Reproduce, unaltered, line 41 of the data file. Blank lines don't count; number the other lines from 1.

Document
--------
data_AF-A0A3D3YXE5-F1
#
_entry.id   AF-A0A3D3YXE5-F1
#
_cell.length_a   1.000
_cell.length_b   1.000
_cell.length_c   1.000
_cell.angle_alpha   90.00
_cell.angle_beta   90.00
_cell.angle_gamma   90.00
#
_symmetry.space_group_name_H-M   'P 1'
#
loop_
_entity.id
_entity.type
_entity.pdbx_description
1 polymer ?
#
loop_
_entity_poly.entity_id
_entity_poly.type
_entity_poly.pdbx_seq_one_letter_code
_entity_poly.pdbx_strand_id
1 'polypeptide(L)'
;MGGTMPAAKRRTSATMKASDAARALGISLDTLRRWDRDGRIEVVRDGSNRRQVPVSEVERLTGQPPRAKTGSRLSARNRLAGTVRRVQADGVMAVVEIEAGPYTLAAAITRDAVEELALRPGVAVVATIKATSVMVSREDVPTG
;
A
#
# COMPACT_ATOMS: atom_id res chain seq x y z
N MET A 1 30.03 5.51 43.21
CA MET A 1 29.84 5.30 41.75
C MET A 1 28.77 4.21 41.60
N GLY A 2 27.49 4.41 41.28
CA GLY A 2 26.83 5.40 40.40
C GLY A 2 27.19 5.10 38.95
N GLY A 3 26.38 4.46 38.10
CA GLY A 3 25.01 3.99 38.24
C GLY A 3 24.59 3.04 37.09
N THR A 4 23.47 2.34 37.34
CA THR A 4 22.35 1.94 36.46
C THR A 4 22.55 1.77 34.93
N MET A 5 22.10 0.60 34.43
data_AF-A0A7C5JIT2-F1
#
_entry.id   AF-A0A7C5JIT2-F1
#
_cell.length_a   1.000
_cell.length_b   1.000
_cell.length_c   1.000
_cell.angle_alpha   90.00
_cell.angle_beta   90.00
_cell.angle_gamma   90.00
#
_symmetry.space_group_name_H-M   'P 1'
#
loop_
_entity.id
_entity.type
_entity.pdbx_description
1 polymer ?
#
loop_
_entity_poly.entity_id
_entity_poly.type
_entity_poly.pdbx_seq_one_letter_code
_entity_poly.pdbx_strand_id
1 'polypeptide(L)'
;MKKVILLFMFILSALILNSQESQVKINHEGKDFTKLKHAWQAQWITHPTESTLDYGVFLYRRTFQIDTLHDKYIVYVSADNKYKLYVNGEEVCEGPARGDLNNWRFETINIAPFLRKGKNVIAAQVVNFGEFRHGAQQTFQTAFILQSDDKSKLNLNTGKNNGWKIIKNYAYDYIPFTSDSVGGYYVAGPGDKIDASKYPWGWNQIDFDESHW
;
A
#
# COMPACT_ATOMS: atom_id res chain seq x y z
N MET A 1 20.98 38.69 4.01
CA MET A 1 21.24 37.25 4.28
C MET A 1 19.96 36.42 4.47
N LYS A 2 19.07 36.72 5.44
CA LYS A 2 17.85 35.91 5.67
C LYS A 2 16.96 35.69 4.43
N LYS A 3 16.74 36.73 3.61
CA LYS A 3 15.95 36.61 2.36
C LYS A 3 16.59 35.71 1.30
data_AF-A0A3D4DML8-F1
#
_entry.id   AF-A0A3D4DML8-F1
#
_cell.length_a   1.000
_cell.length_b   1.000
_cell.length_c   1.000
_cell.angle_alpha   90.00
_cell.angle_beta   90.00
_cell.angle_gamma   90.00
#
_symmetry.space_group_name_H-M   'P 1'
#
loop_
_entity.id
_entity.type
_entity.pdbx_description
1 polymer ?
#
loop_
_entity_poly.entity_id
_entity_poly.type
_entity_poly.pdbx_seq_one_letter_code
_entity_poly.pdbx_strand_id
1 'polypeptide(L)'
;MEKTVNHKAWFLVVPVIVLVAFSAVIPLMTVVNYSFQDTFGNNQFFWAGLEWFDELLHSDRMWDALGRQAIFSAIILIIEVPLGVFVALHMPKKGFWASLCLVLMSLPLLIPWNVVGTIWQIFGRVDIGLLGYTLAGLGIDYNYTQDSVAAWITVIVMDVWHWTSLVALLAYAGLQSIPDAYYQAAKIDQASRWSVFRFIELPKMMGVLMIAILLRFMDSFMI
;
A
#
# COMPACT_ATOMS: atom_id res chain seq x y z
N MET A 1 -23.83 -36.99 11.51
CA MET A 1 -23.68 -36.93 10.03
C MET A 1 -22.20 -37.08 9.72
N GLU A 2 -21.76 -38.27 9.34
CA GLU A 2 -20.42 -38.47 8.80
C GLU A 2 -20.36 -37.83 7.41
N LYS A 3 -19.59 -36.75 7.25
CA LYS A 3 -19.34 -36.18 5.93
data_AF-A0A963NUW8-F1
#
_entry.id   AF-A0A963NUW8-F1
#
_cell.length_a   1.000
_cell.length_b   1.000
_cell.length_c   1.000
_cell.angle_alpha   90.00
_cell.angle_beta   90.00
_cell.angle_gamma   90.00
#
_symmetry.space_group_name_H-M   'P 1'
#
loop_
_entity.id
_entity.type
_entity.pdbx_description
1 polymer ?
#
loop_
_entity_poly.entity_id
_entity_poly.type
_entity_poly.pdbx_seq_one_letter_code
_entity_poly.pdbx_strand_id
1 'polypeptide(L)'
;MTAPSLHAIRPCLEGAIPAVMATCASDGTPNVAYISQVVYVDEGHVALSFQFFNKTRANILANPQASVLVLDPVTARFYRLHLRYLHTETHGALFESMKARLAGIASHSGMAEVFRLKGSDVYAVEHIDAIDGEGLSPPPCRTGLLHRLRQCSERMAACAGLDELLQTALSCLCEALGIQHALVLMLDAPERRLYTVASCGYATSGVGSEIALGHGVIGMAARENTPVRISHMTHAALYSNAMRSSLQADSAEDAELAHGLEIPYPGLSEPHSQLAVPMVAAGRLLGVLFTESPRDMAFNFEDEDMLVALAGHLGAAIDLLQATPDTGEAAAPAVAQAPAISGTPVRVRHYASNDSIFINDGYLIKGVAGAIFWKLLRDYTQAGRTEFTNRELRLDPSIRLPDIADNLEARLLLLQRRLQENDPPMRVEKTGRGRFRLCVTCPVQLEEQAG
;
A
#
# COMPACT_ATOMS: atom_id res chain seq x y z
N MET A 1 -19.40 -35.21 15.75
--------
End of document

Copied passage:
CA THR A 4 22.35 1.94 36.46